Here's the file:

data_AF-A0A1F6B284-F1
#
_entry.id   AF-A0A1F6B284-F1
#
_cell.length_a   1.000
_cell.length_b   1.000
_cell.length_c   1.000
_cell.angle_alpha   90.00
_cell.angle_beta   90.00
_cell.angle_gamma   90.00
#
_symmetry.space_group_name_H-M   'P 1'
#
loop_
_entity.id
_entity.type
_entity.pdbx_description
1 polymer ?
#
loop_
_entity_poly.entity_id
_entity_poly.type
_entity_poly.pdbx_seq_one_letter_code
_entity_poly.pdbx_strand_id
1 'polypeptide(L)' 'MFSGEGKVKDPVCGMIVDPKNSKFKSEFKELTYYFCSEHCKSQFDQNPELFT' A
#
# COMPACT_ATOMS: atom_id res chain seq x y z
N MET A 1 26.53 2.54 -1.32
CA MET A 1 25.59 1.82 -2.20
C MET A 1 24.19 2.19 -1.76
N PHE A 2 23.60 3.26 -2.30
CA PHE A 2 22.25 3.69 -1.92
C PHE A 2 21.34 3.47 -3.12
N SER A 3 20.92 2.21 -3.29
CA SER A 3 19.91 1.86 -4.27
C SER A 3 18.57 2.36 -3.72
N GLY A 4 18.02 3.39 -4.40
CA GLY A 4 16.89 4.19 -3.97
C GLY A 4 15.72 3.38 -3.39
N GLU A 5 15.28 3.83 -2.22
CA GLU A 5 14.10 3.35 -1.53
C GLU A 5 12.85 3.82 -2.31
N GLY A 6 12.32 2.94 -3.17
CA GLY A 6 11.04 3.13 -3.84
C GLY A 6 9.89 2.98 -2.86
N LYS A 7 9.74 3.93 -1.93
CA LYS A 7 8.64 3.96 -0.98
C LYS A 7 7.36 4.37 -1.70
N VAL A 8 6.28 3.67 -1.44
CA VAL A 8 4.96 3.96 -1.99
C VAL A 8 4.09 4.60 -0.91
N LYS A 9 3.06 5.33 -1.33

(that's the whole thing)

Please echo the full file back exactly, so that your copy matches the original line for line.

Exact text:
data_AF-A0A1F6B284-F1
#
_entry.id   AF-A0A1F6B284-F1
#
_cell.length_a   1.000
_cell.length_b   1.000
_cell.length_c   1.000
_cell.angle_alpha   90.00
_cell.angle_beta   90.00
_cell.angle_gamma   90.00
#
_symmetry.space_group_name_H-M   'P 1'
#
loop_
_entity.id
_entity.type
_entity.pdbx_description
1 polymer ?
#
loop_
_entity_poly.entity_id
_entity_poly.type
_entity_poly.pdbx_seq_one_letter_code
_entity_poly.pdbx_strand_id
1 'polypeptide(L)' 'MFSGEGKVKDPVCGMIVDPKNSKFKSEFKELTYYFCSEHCKSQFDQNPELFT' A
#
# COMPACT_ATOMS: atom_id res chain seq x y z
N MET A 1 26.53 2.54 -1.32
CA MET A 1 25.59 1.82 -2.20
C MET A 1 24.19 2.19 -1.76
N PHE A 2 23.60 3.26 -2.30
CA PHE A 2 22.25 3.69 -1.92
C PHE A 2 21.34 3.47 -3.12
N SER A 3 20.92 2.21 -3.29
CA SER A 3 19.91 1.86 -4.27
C SER A 3 18.57 2.36 -3.72
N GLY A 4 18.02 3.39 -4.40
CA GLY A 4 16.89 4.19 -3.97
C GLY A 4 15.72 3.38 -3.39
N GLU A 5 15.28 3.83 -2.22
CA GLU A 5 14.10 3.35 -1.53
C GLU A 5 12.85 3.82 -2.31
N GLY A 6 12.32 2.94 -3.17
CA GLY A 6 11.04 3.13 -3.84
C GLY A 6 9.89 2.98 -2.86
N LYS A 7 9.74 3.93 -1.93
CA LYS A 7 8.64 3.96 -0.98
C LYS A 7 7.36 4.37 -1.70
N VAL A 8 6.28 3.67 -1.44
CA VAL A 8 4.96 3.96 -1.99
C VAL A 8 4.09 4.60 -0.91
N LYS A 9 3.06 5.33 -1.33